Monarchs Locked In After Lockout
The lockout seems all but over. The National Hockey League season has been saved and soon it will be back to business as usual. That is easier said than done for members of the American Hockey League who played almost half a season before both sides could come to an agreement. Now it seems anything could happen and the Manchester Monarchs locker room is no exception.
For the first half of the season, the Monarchs, much like the rest of the AHL had bolstered their roster with a few NHL players as a result of the NHL lockout. Throughout the three-plus month lockout, there was hope that a new Collective Bargaining Agreement would be agreed upon and the players would rejoin their NHL teams to play the remainder of the season. The constant state of “limbo” for players, coaches, owners and fans came to a close this past week with the announcement of the framework for a new CBA deal agreed upon.
“It’s a bit of a relief that things will return to normal or as we had projected them to go,” said Monarchs Head Coach Mark Morris. “We’ve had an opportunity to see the guys that returned from the National Hockey League and how they compare with the guys here that are projected to be with the Monarchs to make some evaluations. At the same time, there are a lot of different personnel and different combinations that we tried as we were balancing our development while trying to win hockey games.”
Going forward, Morris knows that there is a lot that still needs to be done and that it is more important now than ever with the impending roster changes that result with an active NHL season and players being recalled.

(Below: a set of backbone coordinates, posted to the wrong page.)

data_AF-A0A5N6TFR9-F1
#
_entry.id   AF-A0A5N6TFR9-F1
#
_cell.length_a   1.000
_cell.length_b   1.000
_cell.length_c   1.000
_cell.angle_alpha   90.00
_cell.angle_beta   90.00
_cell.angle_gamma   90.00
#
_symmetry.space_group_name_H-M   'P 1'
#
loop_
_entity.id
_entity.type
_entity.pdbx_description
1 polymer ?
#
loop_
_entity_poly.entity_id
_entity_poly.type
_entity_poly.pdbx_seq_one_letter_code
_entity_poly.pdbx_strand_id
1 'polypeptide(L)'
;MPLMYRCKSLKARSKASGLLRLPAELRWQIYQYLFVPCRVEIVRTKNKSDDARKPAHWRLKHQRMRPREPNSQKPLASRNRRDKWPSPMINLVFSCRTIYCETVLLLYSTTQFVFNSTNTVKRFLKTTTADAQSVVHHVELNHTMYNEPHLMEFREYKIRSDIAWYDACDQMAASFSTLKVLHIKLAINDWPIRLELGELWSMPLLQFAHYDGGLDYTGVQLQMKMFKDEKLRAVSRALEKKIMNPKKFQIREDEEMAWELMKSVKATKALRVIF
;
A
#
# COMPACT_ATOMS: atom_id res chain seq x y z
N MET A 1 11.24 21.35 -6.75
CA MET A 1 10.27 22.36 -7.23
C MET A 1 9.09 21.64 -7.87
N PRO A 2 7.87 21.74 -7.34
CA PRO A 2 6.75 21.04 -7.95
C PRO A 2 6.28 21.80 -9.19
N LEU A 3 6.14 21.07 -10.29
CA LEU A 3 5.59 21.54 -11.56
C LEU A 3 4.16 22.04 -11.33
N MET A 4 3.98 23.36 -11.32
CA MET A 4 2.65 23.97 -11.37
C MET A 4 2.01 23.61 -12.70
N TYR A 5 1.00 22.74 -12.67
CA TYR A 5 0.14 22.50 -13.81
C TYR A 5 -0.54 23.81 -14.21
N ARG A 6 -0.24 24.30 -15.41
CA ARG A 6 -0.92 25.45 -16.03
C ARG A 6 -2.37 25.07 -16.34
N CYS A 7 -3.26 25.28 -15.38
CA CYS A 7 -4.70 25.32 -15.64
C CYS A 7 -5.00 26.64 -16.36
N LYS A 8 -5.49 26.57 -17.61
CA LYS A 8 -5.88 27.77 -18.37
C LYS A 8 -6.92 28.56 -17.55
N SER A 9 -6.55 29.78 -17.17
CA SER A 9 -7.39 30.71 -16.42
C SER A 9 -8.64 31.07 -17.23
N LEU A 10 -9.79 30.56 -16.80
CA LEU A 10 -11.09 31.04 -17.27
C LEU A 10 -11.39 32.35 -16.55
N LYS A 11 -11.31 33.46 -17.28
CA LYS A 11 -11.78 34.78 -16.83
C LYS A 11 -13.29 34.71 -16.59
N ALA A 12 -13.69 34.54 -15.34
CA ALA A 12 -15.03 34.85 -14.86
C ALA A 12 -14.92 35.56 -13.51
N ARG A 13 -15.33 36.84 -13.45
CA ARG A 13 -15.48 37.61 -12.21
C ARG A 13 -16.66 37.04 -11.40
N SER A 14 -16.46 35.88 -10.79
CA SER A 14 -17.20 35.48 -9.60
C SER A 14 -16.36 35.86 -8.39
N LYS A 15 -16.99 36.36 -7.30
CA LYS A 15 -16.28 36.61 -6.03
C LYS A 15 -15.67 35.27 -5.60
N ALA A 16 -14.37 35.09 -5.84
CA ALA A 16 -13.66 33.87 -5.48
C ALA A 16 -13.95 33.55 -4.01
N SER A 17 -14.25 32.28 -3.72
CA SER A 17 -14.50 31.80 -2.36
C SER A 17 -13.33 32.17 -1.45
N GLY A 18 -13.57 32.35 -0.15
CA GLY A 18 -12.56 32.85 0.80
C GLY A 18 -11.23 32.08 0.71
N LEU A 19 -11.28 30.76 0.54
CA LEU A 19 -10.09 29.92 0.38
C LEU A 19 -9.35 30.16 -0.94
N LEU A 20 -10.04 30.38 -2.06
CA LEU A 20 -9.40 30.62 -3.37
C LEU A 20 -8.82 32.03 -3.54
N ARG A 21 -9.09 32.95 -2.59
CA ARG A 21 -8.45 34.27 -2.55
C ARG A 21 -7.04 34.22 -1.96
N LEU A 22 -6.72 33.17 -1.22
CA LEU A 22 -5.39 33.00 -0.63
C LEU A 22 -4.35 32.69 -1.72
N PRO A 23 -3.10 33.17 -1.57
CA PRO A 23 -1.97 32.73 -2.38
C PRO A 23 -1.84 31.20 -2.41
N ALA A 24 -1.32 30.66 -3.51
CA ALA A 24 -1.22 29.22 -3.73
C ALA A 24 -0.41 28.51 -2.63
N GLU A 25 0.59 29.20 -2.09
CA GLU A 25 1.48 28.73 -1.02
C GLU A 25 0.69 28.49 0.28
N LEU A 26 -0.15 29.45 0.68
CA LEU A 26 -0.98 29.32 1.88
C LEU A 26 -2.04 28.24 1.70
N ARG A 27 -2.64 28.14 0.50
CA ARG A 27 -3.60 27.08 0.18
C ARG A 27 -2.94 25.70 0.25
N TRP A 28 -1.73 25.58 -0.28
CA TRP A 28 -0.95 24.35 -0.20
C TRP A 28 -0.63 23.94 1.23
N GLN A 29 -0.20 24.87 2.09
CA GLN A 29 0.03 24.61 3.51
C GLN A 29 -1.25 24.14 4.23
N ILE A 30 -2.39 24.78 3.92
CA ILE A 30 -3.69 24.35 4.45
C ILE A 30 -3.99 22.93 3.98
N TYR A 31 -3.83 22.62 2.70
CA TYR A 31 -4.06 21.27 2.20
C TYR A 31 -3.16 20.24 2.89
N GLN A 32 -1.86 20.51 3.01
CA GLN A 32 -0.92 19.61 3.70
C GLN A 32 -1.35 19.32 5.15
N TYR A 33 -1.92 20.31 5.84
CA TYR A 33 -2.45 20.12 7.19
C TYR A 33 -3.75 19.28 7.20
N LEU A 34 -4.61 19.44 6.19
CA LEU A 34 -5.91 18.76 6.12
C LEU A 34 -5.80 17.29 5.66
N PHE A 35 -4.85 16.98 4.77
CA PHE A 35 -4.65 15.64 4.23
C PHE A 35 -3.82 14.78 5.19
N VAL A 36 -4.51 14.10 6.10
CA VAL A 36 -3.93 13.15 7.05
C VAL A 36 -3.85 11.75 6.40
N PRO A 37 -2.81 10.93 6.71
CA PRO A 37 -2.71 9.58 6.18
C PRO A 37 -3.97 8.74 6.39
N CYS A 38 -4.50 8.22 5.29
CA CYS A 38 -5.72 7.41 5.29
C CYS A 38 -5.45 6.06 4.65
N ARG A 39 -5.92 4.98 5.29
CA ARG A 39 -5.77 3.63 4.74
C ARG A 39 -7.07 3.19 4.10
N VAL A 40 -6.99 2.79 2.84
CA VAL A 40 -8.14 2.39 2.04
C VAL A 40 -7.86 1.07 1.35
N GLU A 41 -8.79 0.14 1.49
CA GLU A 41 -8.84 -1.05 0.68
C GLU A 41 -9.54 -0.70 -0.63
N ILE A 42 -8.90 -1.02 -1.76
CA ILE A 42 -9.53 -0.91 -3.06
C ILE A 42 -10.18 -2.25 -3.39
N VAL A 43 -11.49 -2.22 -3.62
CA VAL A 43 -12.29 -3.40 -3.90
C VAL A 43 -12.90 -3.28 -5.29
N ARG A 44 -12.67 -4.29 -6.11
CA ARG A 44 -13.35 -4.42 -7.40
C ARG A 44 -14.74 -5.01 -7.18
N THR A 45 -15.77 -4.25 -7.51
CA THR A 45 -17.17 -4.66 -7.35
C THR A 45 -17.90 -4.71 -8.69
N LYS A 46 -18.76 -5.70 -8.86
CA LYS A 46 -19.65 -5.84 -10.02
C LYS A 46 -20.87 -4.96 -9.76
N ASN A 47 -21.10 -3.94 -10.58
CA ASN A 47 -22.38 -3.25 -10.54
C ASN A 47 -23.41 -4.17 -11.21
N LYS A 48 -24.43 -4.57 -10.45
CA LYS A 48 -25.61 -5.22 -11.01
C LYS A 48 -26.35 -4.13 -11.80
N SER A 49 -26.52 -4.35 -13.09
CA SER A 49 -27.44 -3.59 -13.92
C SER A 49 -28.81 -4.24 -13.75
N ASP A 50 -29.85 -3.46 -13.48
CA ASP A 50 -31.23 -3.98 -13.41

“I think that it was pretty apparent throughout the first part of the season that we need to get better defensively and we need to find ways to close out games that we play well in and find ways to be a little more consistent defensively,” said Morris. “Teaching the defensive aspect of the game is usually the last hurdle for most player and we still have some work to do in that area so we will continue to teach and use situations as part of learning curve.”
Like Morris, the consensus among the veteran players is to not let any of the lockout noise affect the team going forward. Monarchs veteran left wing Richard Clune has learned to block out any distractions to try and help focus on what is best for the team and the lockout is no exception.
“I want to be more consistent with my own game,” said Clune. “I want to play well and push this team into the playoffs and the lockout being over doesn’t really change that mindset.”
The veterans are not the only Monarchs who will be dealing with the end of the lockout approaching. Rookies, like Manchester’s Tanner Pearson, are being forced to re-adjust just months after being drafted 30th overall in the first-round by the Los Angeles Kings in the 2012 NHL Entry Draft last June.
“You know, I was kind of disappointed (that there was no training camp in Los Angeles),” said Pearson. “I’ll use that to push me going forward. I don’t want to set too many expectations but I have used this to help me play better and I’ll do the same in the future.”
Playing with something to prove has worked for the rookie as he is one of the top producers for Manchester through the first 35 games. Pearson has appeared in 34 of the team’s first 35 games and is tied for 12th among AHL rookies with 22 points (7-15=22).
Despite his success thus far, the rookie left wing is happy that there will finally be an NHL season but he does not plan on letting it affect his play at all.
“I think it’s really good that they came through with a deal,” said Pearson. “I know a lot of people have been waiting for it to happen but we are going to keep taking it game by game (here in Manchester).”
One thing is for certain, whether it is a coach, a veteran or a rookie, all the Monarchs are locked in after the lockout.